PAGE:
Kremer Competitions

Thanks to the generosity of the late Mr Henry Kremer The Royal Aeronautical Society currently organises the following competitions:

The Kremer International Marathon Competition

Prize: £50,000 (Fifty Thousand Pounds Sterling)
The course for the Kremer International Marathon Competition is around two turning points. The aircraft starts from rest flies two outer circuits, one figure of eight, then two more outer circuits, such that the distance including turns is thus approximately the distance of the Marathon course in athletic events. This distance must be flown in one hour or less. The aircraft must be in continuous flight, and must make a landing satisfactory to the observers. At certain points on each circuit there is a minimum height obligation. The entrant may select the location of the course, which must then be approved.

* Download the rules as a PDF file

*Download Kremer Marathon Rules Clarifications as a PDF file

* For an Entry Form E-Mail us

The Kremer International Sporting Aircraft Competition

Prize: £100,000 (One hundred thousand pounds Sterling)
The purpose of this competition is to promote the production of an aircraft suited to athletic competition. In particular it is necessary to specify and design an aircraft able to operate in normal weather conditions, as encountered in the United Kingdom. The prize of £100,000 will be awarded to the first entrant successfully demonstrating a human powered aircraft in accordance with the rules of the competition.

* Download the rules as a PDF file

*Clarifications  to Rules of Sporting Competition

* For an Entry form E-Mail us

The Robert Graham Competition

£500 annual prize for work by a student on a subject appropriate to human powered flight.
The purpose of the competition is to foster knowledge in the art and science of human powered flight. The competition is open to undergraduates and other students of engineering, technology, human physiology and other relevant disciplines at universities, polytechnics, colleges of further education and sixth form colleges in the United Kingdom. Any project entered must form an integral part of a course of studies. The work can take the form of experimental research or engineering design and must have a clear application to human powered flight. Each sponsoring college may approve one entry in each discipline per year. 

Schools Competition

£1,000 annual prize for flight by a youth group.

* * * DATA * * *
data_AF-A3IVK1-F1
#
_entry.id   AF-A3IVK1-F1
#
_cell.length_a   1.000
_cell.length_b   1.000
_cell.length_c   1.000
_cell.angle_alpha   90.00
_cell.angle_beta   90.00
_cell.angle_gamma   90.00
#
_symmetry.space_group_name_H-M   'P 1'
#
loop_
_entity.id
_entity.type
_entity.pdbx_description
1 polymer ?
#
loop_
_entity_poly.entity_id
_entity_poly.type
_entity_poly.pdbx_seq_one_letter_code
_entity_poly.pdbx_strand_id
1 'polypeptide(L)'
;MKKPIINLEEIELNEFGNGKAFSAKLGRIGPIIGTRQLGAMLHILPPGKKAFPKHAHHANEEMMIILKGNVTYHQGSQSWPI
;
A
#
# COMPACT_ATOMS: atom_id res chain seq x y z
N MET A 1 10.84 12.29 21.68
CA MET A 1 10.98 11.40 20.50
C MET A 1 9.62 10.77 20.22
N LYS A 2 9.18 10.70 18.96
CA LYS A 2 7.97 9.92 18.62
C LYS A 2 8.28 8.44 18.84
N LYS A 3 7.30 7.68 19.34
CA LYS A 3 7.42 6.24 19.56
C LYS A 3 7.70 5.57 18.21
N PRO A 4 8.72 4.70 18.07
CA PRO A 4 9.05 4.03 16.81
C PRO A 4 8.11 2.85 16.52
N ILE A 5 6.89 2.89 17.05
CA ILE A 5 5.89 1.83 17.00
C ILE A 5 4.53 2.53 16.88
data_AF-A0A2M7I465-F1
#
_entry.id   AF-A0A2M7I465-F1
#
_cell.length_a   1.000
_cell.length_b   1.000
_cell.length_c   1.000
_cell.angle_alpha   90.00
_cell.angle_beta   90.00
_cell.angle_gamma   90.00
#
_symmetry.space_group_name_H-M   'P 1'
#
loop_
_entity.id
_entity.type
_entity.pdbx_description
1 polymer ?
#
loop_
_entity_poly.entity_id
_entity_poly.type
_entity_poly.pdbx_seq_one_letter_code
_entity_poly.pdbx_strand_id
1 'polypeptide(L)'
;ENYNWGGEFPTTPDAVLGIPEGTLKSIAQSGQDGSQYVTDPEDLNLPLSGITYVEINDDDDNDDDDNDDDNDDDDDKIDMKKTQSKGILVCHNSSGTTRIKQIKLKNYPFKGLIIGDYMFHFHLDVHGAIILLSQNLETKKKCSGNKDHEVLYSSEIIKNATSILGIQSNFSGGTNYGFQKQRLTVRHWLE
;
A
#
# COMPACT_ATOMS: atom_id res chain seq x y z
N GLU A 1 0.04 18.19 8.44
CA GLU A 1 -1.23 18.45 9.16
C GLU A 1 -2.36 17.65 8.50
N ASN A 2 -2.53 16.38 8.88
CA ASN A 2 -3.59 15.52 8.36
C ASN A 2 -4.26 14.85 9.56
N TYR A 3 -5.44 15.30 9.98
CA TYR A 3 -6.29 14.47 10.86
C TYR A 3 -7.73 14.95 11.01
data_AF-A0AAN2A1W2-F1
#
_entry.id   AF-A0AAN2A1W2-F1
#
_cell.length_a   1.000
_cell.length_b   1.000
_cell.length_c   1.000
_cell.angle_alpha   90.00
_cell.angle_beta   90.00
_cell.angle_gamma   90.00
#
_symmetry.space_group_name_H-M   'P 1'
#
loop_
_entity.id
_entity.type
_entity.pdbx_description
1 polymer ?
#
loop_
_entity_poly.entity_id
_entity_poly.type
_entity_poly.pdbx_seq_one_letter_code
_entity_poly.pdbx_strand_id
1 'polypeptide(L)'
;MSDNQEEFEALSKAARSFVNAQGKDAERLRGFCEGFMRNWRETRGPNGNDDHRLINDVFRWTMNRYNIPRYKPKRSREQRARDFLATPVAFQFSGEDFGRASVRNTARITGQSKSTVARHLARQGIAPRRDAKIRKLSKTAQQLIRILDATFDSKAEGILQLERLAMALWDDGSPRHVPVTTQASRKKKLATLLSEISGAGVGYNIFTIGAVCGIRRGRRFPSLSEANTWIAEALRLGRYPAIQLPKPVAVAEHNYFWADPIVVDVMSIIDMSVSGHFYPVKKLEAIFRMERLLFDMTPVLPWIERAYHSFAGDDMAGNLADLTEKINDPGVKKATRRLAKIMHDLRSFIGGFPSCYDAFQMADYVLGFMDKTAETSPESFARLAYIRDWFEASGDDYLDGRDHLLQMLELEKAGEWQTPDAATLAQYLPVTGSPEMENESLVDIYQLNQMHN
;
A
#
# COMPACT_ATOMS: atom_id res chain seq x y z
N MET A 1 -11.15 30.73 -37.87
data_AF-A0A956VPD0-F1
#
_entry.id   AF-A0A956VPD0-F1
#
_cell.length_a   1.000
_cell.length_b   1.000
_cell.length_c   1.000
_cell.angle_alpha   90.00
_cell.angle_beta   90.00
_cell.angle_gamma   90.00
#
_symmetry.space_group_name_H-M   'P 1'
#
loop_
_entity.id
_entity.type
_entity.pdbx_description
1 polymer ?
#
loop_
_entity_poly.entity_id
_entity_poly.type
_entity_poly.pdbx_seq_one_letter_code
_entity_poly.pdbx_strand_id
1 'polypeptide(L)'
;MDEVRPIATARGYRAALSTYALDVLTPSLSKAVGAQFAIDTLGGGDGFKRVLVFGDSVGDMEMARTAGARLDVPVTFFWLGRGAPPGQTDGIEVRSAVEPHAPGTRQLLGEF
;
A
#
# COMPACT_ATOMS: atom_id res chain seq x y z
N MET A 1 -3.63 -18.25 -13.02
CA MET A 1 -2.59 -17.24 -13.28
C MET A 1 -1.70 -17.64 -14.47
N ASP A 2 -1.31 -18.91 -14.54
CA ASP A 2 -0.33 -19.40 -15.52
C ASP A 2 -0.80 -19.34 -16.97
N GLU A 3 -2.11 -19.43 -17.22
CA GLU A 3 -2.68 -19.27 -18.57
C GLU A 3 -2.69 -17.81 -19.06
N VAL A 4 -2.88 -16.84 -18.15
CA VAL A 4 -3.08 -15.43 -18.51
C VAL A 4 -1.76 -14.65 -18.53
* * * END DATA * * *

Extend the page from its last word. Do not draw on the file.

Open to any Youth Group in the UK, this competition was launched in 2006. Young people have always shown their ability to pilot. Now here is encouragement for them to be involved in the creation of the machine. The conditions are far less stringent than for any previous competition. A cash prize and a trophy will be awarded annually for the flight of longest duration that year. Two ground-handlers are allowed to assist in the take-off. It can be done. The precedent for this is the Aslam HPA built by students of Dr Keith Sherwin in Singapore. Upper age limit is 18. The RAeS HPAG currently includes Dr Keith Sherwin, Dr Bill Brooks, Professor John Wimpenny, John McIntyre, Fred To, and Chris Roper, all of whom have designed HPA.

We are providing information and support to participating teams. HPA have been built with very modest equipment, and construction should be well within the scope of a school`s workshop. It is anticipated that flights could be performed on a typical school playing field, or similar open space. The rules also constrain that the plane must be deriggable suitable for transporting.

Please download the Schools Information Pack and application form for entry
and see the Clarifications to Rules

Download Keith Sherwin's Aslam paper here

For more information, contact the RAeS Conference & Events Department on +44 (0)20 7670 4345 or email conference@aerosociety.com

Previous Man-Powered Prizes and Awards

Kremer International Competition
£50,000 for the first to fly a figure of eight around two markers half a mile apart.
Donated 1973, won August 23rd 1977 by Dr Paul MacCready Jr

Kremer International Competition
£10,000 for the first non-US citizen, to fly the figure-of-eight course.
Donated 1979, won June 19th 1984 by Gunter Rochelt

Kremer International Competition
£100,000 for the first to fly from England to France
Donated 1977, won June 12th 1979, Pilot Bryan Allen, entrant Dr Paul MacCready Jr

Kremer International Competition
for World Speed Records
£100,000 to be awarded as £20,000 to the first to fly around a 1500 metre course in a time of less than three minutes and £5,000 to each subsequent entrant improving the speed by at least five percent.
Donated 1983, 1st prize won May 11th 1984, Pilot Frank Scarabino, entrant John S. Langford